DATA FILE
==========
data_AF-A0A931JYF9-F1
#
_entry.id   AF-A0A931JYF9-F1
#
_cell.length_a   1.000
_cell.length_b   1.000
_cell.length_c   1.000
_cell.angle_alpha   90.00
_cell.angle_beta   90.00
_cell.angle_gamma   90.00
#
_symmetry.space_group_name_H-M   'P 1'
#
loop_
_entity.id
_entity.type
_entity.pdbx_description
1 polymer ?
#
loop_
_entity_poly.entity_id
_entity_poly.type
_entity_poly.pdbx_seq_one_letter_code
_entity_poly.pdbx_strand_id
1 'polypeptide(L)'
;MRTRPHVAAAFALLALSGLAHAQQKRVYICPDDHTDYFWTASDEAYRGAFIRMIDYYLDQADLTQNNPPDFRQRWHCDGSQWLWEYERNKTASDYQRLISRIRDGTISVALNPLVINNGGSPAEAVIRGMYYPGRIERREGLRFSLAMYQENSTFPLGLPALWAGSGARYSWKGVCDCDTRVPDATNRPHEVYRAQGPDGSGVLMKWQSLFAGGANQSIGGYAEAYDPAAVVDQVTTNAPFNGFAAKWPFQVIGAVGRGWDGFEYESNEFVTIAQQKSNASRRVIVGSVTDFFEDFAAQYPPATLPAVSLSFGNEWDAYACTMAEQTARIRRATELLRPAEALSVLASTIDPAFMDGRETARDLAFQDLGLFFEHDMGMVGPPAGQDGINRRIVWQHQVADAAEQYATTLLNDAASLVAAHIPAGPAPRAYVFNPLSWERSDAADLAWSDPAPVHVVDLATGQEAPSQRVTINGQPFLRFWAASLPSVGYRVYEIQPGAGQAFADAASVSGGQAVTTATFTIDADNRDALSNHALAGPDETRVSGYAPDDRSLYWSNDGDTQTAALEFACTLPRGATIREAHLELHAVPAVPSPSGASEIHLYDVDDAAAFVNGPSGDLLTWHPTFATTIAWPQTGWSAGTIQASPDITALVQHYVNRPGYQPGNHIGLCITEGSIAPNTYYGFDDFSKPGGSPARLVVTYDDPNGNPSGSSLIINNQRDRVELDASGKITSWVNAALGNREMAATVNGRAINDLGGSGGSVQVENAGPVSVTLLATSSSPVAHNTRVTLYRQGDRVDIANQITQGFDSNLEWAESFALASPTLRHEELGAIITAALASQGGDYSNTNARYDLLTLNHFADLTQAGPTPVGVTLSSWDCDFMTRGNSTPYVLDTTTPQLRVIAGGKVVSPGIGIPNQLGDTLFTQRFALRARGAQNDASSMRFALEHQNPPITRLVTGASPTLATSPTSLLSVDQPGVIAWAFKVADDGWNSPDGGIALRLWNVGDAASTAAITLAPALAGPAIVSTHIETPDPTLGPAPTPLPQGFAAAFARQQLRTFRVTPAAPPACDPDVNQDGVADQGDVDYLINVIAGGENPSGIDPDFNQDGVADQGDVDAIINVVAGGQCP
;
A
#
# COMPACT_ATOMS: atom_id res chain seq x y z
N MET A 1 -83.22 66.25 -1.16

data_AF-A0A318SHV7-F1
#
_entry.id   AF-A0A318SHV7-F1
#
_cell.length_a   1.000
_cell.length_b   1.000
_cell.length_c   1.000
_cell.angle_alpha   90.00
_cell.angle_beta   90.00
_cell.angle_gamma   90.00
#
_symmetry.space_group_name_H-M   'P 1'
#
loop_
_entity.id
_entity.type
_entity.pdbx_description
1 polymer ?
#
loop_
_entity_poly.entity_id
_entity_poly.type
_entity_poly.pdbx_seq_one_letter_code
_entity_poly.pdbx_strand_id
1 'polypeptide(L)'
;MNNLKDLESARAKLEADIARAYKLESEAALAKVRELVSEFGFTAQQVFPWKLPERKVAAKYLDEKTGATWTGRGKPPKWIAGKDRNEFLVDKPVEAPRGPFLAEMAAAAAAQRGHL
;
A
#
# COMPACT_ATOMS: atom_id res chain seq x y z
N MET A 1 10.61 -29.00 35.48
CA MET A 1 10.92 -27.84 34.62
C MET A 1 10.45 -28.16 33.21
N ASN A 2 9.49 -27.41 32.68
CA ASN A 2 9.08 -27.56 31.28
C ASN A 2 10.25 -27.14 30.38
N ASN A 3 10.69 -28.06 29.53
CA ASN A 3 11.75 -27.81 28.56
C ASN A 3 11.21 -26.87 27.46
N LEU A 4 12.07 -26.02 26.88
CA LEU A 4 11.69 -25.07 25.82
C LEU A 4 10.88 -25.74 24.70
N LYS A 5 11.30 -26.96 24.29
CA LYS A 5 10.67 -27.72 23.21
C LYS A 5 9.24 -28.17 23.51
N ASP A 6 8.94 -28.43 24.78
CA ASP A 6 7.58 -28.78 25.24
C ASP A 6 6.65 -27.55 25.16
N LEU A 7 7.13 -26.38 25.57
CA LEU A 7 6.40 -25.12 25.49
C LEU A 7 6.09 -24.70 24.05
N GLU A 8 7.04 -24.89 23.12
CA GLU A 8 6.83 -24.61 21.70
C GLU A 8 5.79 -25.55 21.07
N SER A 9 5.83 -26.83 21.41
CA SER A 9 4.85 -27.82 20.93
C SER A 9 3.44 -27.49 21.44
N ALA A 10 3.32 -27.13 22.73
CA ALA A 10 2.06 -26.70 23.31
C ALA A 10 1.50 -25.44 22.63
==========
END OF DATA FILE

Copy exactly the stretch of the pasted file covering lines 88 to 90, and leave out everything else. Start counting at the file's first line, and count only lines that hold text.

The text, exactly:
C SER A 9 3.44 -27.49 21.44
N ALA A 10 3.32 -27.13 22.73
CA ALA A 10 2.06 -26.70 23.31